Originally Posted by Sparrowhawk View Post
Thanks for the clarification. I was thinking it was the other way around, an air screw. My day is complete because I've learned something new. I can start drinking now.


When making final adjustments on the BST40 pilot screw is it best to:
  1. Set for the highest idle speed.
  2. Set for the smoothest first or second gear riding with the throttle opened slightly above the idle stop. (No surging)
  3. Determined by how the engine returns to idle after lightly blipping the throttle (lean > stays at higher RPM a little before returing to idle, correct > return to idle RPM, or rich > drops below idle RPM and then back up). or
  4. Set for how well the engine responds when the throttle is blipped. (quick, slow, stumble, etc.)

#2 & #4

Cheers
__________________
HP2 Sport, R1200S, R100S, KTM 640 Adventure, KTM 520 EXC/Motard, Yamaha RZ350, Hodaka 125 Wombat
Droptarotter is offline   Reply With Quote
Old 05-23-2011, 05:07 PM   #774
Rumlover
Ed
 
Joined: Sep 2010
Location: Utah
Oddometer: 707
Quote:
Originally Posted by Sparrowhawk View Post
Thanks for the clarification. I was thinking it was the other way around, an air screw.

It is neither the fuel screw or the air screw. It is the pilot screw and it meters a mixture of fuel and air. The air fuel ratio of that mixture is pre-determined by the pilot jet and pilot air jet. Sorry for beating a dead horse.

Rumlover screwed with this post 05-23-2011 at 05:29 PM
Rumlover is offline   Reply With Quote
Old 05-23-2011, 05:27 PM   #775
motolab
Beastly Adventurer
 
motolab's Avatar
 
Joined: Feb 2006
Oddometer: 2,301
Quote:
Originally Posted by Sparrowhawk View Post
Thanks for the clarification. I was thinking it was the other way around, an air screw. My day is complete because I've learned something new. I can start drinking now.


When making final adjustments on the BST40 pilot screw is it best to:
  1. Set for the highest idle speed.
  2. Set for the smoothest first or second gear riding with the throttle opened slightly above the idle stop. (No surging)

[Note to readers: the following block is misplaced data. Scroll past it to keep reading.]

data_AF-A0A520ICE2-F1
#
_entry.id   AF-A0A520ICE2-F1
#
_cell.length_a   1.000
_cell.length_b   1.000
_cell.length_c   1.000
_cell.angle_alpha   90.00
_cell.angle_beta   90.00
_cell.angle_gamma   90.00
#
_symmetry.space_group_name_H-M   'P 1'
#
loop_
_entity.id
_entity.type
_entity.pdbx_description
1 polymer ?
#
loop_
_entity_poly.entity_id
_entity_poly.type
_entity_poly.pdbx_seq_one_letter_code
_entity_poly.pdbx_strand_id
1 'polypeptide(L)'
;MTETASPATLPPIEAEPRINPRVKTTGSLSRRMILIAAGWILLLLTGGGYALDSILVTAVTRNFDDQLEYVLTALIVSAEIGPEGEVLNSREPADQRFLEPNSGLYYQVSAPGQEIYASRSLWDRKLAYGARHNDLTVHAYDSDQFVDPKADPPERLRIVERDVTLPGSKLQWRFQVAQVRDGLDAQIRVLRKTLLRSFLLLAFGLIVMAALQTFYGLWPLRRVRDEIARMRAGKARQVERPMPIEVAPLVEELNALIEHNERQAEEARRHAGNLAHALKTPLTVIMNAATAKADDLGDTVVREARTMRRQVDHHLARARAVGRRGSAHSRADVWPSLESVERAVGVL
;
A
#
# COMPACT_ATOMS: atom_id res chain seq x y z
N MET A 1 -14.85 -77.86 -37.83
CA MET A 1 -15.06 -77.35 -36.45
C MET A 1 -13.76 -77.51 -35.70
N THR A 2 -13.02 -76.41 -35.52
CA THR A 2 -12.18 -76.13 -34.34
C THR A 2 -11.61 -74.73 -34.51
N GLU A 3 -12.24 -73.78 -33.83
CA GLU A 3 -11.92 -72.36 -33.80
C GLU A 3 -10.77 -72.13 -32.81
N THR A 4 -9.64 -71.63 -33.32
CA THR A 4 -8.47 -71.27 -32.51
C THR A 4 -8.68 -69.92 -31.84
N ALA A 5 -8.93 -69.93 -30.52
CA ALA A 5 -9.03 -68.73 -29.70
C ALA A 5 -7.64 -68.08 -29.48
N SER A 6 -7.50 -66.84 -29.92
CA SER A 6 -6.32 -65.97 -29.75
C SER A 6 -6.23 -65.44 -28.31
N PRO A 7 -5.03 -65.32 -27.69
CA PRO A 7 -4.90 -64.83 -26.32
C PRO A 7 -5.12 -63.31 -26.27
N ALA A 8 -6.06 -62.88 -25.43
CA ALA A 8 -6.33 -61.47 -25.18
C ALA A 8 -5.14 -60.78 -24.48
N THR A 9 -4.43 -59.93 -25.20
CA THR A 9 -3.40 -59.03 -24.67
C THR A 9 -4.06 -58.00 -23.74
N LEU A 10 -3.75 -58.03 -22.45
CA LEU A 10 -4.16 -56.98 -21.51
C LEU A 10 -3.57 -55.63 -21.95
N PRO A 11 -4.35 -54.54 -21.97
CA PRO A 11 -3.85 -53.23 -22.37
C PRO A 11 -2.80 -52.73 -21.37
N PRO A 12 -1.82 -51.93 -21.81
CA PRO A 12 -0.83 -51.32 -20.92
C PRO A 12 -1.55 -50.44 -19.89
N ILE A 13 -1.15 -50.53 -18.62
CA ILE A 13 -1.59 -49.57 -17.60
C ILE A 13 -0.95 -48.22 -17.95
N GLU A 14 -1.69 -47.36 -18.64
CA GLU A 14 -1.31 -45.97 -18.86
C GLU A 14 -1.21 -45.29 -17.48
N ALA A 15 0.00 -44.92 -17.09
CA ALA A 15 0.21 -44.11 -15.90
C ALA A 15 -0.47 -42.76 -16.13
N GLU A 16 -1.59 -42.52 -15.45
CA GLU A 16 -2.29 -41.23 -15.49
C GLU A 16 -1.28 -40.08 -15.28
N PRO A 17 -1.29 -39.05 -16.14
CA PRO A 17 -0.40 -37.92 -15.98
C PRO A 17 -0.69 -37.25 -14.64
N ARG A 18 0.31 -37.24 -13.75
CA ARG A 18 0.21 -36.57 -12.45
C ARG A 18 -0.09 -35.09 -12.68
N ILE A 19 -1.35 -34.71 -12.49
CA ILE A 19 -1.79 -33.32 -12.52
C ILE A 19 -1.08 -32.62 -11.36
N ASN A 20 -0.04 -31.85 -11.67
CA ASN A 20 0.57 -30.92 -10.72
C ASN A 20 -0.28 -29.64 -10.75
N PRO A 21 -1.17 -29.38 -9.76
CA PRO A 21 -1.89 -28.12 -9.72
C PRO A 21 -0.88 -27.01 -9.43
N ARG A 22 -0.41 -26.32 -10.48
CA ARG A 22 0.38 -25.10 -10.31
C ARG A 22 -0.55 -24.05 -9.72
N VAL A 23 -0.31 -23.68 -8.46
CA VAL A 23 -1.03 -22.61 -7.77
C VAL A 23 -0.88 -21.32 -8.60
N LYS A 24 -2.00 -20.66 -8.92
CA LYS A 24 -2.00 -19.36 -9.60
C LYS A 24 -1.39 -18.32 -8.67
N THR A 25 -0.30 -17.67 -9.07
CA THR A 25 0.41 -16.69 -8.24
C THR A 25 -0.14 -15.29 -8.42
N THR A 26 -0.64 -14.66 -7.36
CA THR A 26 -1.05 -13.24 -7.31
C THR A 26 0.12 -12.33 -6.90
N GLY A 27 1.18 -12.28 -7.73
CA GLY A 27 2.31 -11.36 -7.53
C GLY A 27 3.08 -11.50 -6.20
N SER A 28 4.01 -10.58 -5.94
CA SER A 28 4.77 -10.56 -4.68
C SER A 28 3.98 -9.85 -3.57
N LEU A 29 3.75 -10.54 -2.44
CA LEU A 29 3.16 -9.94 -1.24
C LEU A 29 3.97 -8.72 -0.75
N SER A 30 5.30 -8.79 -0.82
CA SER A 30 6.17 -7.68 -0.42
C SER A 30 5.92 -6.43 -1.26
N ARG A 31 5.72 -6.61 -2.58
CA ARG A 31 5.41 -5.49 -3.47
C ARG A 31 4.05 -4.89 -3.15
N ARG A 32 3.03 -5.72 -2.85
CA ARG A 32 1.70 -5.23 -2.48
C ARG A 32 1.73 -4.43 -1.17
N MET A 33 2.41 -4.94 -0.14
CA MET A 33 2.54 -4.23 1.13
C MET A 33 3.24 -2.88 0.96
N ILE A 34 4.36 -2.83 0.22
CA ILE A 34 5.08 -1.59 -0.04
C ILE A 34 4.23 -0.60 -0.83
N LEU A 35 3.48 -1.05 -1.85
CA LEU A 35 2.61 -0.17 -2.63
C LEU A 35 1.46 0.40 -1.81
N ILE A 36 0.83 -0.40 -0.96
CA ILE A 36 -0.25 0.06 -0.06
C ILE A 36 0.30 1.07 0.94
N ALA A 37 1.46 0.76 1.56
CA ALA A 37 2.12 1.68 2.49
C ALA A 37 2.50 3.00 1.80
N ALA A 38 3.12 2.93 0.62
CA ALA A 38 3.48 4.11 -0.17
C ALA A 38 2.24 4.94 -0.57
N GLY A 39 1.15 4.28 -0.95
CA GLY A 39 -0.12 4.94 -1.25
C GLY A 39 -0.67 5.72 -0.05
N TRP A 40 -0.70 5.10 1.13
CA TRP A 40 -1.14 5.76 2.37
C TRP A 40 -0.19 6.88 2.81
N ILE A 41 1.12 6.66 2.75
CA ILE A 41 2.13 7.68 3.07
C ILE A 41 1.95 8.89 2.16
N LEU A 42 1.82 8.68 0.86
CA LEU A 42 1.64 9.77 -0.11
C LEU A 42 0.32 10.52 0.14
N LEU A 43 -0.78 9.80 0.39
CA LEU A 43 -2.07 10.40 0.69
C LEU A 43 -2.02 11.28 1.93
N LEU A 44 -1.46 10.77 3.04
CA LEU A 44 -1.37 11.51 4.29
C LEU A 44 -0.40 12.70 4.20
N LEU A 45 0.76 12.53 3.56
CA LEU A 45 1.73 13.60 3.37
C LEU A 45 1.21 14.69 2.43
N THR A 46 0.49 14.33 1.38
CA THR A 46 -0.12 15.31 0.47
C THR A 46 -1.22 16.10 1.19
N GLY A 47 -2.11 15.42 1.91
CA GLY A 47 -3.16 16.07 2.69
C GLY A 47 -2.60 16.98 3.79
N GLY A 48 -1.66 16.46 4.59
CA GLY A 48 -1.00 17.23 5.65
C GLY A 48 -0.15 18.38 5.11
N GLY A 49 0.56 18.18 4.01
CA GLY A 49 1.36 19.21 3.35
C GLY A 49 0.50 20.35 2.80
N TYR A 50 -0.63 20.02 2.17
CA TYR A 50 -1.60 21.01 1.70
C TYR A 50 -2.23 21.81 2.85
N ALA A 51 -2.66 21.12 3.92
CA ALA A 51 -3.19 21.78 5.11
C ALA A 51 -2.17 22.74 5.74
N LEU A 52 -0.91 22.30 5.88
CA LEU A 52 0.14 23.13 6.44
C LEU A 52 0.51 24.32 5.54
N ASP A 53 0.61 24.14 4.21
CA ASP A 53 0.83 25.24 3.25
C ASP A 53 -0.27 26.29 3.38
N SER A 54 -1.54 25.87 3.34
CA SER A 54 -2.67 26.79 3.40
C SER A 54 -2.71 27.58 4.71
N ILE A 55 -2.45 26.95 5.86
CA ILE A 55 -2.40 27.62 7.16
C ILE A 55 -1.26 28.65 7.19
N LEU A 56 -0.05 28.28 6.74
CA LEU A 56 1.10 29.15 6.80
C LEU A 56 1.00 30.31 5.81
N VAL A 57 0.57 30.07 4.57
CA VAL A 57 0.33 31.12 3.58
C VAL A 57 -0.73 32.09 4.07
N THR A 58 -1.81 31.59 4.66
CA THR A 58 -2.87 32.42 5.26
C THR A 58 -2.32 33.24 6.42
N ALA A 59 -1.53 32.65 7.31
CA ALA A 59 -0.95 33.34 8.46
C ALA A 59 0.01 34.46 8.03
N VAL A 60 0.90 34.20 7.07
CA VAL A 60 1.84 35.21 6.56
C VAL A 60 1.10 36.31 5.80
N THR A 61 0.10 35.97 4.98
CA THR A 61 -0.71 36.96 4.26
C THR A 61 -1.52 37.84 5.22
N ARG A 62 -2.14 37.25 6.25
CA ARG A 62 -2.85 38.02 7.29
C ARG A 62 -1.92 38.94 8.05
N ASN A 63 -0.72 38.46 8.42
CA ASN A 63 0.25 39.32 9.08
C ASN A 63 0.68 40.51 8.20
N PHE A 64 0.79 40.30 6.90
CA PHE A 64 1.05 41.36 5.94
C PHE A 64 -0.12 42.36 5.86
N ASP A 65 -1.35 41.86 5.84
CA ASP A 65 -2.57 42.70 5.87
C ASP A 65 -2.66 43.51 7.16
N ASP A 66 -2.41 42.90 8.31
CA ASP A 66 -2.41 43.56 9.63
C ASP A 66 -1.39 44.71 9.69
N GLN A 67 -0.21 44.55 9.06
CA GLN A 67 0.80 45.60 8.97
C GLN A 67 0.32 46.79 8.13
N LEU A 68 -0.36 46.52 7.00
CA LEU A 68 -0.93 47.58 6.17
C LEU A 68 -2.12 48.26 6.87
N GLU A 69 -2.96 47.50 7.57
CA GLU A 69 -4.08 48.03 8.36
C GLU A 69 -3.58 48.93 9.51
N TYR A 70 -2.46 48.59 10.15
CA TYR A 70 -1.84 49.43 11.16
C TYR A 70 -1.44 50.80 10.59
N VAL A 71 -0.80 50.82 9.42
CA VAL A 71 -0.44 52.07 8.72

3. Determined by how the engine returns to idle after lightly blipping the throttle (lean > stays at higher RPM a little before returing to idle, correct > return to idle RPM, or rich > drops below idle RPM and then back up). or
  4. Set for how well the engine responds when the throttle is blipped. (quick, slow, stumble, etc.)
With the engine all the way warmed up, set the CO to between 2-4 percent. If you don't have a way to measure CO, lower the idle speed a little bit, and then adjust the idle mixture for strongest idle. Then adjust the idle speed back up to normal. Once this is done, the engine will return to idle rapidly. If it then does not run well during 1/16 to 1/8 throttle opening operation, it needs a different sized pilot jet installed (at which point the idle mixture will have to be readjusted via the above method). If it does not run well at low rpm (up to ~3K rpm) regardless of throttle opening, then the float height is incorrect, the emulsion tube is worn out/the wrong size, or the needle base diameter is incorrect.

Regards,

Derek
motolab is offline   Reply With Quote
Old 05-23-2011, 05:31 PM   #776
motolab
Beastly Adventurer
 
motolab's Avatar
 
Joined: Feb 2006
Oddometer: 2,301
Quote:
Originally Posted by Rumlover View Post
It is neither the fuel screw or the air screw. It is the pilot screw and it meters a mixture of fuel and air, the ratio of which is pre-determined by the pilot jet and pilot air jet. Sorry for beating a dead horse.
It is a fuel screw because it adds or subtracts fuel in order to change the mixture (that there is some air bled into the fuel prior does not change this). An air screw takes the place of the pilot air bleed jet and changes the mixture by changing the amount of air that is bled in.

Regards,

Derek

motolab screwed with this post 05-23-2011 at 06:20 PM
motolab is offline   Reply With Quote
Old 05-23-2011, 05:43 PM   #777